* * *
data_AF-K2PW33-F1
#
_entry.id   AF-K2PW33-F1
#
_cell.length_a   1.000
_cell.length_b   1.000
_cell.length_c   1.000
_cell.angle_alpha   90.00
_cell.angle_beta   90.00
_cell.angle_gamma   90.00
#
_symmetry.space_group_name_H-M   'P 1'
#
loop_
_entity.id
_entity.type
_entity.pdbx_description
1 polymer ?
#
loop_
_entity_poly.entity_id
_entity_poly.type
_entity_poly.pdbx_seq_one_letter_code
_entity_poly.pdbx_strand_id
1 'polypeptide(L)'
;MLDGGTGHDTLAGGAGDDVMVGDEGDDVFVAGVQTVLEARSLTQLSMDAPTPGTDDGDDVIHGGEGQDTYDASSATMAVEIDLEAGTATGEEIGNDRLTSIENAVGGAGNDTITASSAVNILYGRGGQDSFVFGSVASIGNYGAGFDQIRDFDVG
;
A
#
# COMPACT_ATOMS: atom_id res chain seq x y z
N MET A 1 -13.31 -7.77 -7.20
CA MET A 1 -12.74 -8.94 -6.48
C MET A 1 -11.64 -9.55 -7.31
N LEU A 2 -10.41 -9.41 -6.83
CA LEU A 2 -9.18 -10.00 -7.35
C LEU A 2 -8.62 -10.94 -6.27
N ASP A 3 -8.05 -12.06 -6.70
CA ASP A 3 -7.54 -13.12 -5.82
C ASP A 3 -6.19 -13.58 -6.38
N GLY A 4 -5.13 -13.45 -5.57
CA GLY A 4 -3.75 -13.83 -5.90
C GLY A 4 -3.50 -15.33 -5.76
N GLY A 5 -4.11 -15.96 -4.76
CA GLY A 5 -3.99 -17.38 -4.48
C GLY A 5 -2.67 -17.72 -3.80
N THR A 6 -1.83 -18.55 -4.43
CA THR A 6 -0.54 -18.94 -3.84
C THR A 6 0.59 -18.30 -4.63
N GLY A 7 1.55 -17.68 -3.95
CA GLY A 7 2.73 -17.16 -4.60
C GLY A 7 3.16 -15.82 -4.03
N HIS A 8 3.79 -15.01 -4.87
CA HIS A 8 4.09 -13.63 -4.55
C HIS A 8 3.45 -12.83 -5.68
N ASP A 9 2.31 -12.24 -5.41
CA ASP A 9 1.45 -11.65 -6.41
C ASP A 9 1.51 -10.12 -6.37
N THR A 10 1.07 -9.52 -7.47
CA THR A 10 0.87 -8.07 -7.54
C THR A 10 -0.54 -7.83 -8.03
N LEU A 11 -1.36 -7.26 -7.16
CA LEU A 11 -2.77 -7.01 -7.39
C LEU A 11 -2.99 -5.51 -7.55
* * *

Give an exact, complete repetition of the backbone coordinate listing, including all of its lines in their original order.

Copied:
data_AF-K2PW33-F1
#
_entry.id   AF-K2PW33-F1
#
_cell.length_a   1.000
_cell.length_b   1.000
_cell.length_c   1.000
_cell.angle_alpha   90.00
_cell.angle_beta   90.00
_cell.angle_gamma   90.00
#
_symmetry.space_group_name_H-M   'P 1'
#
loop_
_entity.id
_entity.type
_entity.pdbx_description
1 polymer ?
#
loop_
_entity_poly.entity_id
_entity_poly.type
_entity_poly.pdbx_seq_one_letter_code
_entity_poly.pdbx_strand_id
1 'polypeptide(L)'
;MLDGGTGHDTLAGGAGDDVMVGDEGDDVFVAGVQTVLEARSLTQLSMDAPTPGTDDGDDVIHGGEGQDTYDASSATMAVEIDLEAGTATGEEIGNDRLTSIENAVGGAGNDTITASSAVNILYGRGGQDSFVFGSVASIGNYGAGFDQIRDFDVG
;
A
#
# COMPACT_ATOMS: atom_id res chain seq x y z
N MET A 1 -13.31 -7.77 -7.20
CA MET A 1 -12.74 -8.94 -6.48
C MET A 1 -11.64 -9.55 -7.31
N LEU A 2 -10.41 -9.41 -6.83
CA LEU A 2 -9.18 -10.00 -7.35
C LEU A 2 -8.62 -10.94 -6.27
N ASP A 3 -8.05 -12.06 -6.70
CA ASP A 3 -7.54 -13.12 -5.82
C ASP A 3 -6.19 -13.58 -6.38
N GLY A 4 -5.13 -13.45 -5.57
CA GLY A 4 -3.75 -13.83 -5.90
C GLY A 4 -3.50 -15.33 -5.76
N GLY A 5 -4.11 -15.96 -4.76
CA GLY A 5 -3.99 -17.38 -4.48
C GLY A 5 -2.67 -17.72 -3.80
N THR A 6 -1.83 -18.55 -4.43
CA THR A 6 -0.54 -18.94 -3.84
C THR A 6 0.59 -18.30 -4.63
N GLY A 7 1.55 -17.68 -3.95
CA GLY A 7 2.73 -17.16 -4.60
C GLY A 7 3.16 -15.82 -4.03
N HIS A 8 3.79 -15.01 -4.87
CA HIS A 8 4.09 -13.63 -4.55
C HIS A 8 3.45 -12.83 -5.68
N ASP A 9 2.31 -12.24 -5.41
CA ASP A 9 1.45 -11.65 -6.41
C ASP A 9 1.51 -10.12 -6.37
N THR A 10 1.07 -9.52 -7.47
CA THR A 10 0.87 -8.07 -7.54
C THR A 10 -0.54 -7.83 -8.03
N LEU A 11 -1.36 -7.26 -7.16
CA LEU A 11 -2.77 -7.01 -7.39
C LEU A 11 -2.99 -5.51 -7.55